Answers to Frequently Asked Questions (FAQ) about Abilify, an antipsychotic drug linked to gambling addiction and compulsive eating, shopping, or sex.
Need a Texas Abilify Lawyer? Collen A. Clark is a true advocate for his clients and is passionate about helping Texans that have been injured or wronged. If you or a loved one developed a gambling addiction, you should contact our lawyers immediately. You may be entitled to compensation by filing a lawsuit.
Frequently Asked Questions
Abilify® is the brand-name version of aripiprazole, an antipsychotic drug made by Bristol-Myers Squib. It was approved by the FDA in 2002.
Abilify is approved by the FDA to treat schizophrenia, bipolar disorder, major depression, irritability associated with autism, and Tourette’s syndrome. The injection version is given to treat agitation associated with schizophrenia or bipolar mania.
Abilify works by balancing levels of chemicals in the brain. It stimulates dopamine and serotonin or inhibits them to keep a balance. Other drugs in this class are used to treat Parkinson’s disease.
Dopamine and serotonin are involved in the brain’s “reward system.” They are released during pleasurable activities to reinforce certain behaviors. Abilify amplifies these effects, resulting in addictive behaviors and uncontrollable urges. Patients may not realize the behaviors are abnormal.
- Uncontrollable gambling, shopping, eating, or sex
- Stroke in elderly patients with dementia
- Neuroleptic malignant syndrome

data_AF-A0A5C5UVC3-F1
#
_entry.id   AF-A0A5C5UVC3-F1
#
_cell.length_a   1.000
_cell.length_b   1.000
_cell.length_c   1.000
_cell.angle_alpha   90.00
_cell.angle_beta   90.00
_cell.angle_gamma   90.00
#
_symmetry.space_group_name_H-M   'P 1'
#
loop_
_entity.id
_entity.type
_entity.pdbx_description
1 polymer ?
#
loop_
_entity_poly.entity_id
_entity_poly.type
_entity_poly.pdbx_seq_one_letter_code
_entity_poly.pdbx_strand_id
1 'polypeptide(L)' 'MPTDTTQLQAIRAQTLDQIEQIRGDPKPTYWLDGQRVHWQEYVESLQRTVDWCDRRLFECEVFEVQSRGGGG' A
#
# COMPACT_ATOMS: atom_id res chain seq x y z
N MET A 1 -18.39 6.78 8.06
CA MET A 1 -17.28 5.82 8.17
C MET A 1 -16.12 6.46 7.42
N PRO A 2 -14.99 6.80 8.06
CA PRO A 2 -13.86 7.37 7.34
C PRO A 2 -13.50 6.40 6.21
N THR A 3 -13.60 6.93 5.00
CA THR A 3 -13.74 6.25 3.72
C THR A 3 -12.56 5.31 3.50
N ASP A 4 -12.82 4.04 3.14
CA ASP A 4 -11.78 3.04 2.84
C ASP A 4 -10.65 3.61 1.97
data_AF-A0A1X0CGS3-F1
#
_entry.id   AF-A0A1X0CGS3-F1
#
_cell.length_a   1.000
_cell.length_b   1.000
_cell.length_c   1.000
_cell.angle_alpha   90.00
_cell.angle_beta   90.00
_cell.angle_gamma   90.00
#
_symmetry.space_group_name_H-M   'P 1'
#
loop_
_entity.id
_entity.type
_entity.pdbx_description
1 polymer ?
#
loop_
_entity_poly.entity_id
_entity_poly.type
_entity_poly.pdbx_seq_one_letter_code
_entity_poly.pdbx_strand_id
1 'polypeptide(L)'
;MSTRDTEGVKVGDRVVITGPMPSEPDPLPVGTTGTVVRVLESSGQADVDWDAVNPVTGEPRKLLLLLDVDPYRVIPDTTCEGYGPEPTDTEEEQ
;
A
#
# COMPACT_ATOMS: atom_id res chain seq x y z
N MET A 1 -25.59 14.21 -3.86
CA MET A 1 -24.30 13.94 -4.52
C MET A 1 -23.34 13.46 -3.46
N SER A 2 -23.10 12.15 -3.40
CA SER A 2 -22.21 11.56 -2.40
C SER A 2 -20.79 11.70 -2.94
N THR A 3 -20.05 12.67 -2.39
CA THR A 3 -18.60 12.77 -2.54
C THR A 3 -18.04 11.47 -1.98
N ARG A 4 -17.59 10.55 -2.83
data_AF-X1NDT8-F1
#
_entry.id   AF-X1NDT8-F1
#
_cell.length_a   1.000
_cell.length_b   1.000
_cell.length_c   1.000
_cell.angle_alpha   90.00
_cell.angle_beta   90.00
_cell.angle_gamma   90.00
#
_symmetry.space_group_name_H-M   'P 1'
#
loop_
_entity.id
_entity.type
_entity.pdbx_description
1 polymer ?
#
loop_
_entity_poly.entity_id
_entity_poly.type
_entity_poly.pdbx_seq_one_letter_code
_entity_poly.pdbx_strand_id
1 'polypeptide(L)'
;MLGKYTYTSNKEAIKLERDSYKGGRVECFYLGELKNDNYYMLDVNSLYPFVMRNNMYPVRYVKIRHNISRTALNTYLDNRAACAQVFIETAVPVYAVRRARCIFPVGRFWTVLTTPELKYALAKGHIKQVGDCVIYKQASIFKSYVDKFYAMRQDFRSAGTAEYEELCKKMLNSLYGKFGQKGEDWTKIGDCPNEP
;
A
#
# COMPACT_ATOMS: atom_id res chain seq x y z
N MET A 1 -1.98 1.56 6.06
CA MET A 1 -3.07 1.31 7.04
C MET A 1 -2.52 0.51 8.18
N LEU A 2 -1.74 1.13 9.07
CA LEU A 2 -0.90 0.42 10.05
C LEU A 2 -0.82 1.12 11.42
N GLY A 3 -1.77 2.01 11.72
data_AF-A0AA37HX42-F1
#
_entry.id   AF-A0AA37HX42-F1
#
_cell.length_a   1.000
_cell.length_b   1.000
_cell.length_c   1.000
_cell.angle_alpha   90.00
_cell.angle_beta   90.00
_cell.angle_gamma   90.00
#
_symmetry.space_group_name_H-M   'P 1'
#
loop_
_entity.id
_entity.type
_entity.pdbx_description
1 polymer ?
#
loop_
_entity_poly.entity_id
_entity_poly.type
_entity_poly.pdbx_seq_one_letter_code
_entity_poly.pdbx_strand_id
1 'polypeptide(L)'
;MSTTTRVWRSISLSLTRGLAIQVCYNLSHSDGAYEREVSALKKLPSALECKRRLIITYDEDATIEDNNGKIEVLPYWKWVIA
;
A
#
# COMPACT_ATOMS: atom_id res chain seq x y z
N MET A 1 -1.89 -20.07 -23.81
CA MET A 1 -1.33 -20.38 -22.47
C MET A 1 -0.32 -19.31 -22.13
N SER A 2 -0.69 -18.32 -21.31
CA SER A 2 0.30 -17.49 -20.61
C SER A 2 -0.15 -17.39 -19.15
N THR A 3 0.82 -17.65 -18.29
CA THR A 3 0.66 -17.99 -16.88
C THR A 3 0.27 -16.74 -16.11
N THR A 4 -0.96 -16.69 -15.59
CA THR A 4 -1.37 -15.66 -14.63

- Tardive dyskinesia
- Diabetes and weight-gain
- Low blood pressure
- Low white blood cell count (leukopenia)
- Cognitive and motor impairment
Abilify belongs to a class of drugs called dopamine agonists. In 2003, a study found that 1.5% of Parkinson’s disease patients on dopamine agonists developed compulsive gambling. In 2005, Mayo Clinic researchers reported 11 cases of gambling addiction, including one 68 year-old man with no history of gambling addiction who lost more than $200,000 in 6 months.
Yes. In May 2016, the FDA issued a Safety Communication about uncontrollable urges to gamble, shop, eat, and have sex after receiving 184 reports of impulse-control disorders.
Yes. The new label (PDF) asks doctors to specifically ask patients about any new or intense urges because patients may not realize their behaviors are unusual. The new warning states:
Post-marketing case reports suggest that patients can experience intense urges, particularly for gambling, and the inability to control these urges while taking [Abilify]. Other compulsive urges, reported less frequently include: sexual urges, shopping, eating or binge eating, and other impulsive or compulsive behaviors. Because patients may not recognize these behaviors as abnormal, it is important for prescribers to ask patients or their caregivers specifically about the development or new or intense gambling urges, compulsive sexual urges, compulsive shopping, binge or compulsive eating, or other urges while being treated with [Abilify]. It should be noted that impulse-control symptoms can be associated with the underlying disorder. In some cases, although not all, urges were reported to have stopped when the dose was reduced or the medication was discontinued. Compulsive behaviors may result in harm to the patient and others if not recognized. Consider dose reduction or stopping the medication if a patient develops such urges.